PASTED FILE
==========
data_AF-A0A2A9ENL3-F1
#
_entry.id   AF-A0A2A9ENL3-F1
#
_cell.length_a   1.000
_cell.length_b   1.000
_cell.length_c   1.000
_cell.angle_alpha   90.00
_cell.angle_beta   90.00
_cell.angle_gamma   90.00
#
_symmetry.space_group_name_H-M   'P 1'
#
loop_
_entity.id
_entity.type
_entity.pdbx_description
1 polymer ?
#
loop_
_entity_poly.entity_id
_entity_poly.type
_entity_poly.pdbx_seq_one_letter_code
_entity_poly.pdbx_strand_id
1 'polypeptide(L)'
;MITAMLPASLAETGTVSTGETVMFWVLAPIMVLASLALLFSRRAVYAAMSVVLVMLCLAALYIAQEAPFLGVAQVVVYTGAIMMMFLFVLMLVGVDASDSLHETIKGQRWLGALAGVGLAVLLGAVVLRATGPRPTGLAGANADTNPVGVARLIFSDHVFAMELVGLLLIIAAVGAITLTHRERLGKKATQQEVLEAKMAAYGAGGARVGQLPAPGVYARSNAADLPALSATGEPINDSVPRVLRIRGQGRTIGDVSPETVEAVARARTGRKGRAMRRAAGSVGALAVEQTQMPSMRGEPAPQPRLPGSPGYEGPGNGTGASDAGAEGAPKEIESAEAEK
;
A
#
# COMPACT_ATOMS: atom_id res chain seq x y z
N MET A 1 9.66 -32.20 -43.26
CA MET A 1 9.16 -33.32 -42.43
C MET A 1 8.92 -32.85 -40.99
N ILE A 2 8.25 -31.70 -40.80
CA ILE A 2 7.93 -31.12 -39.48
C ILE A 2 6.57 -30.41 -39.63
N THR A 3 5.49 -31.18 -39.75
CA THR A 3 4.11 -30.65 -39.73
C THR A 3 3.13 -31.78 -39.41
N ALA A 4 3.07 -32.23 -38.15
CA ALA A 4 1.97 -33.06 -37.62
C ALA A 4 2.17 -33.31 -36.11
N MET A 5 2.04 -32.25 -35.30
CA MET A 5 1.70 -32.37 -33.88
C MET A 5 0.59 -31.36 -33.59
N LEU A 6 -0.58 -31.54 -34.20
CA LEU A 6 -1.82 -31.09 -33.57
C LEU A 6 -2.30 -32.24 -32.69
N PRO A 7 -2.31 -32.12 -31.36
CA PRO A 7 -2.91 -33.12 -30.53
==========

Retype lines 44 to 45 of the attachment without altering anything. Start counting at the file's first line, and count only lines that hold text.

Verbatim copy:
CA MET A 5 1.70 -32.37 -33.88
C MET A 5 0.59 -31.36 -33.59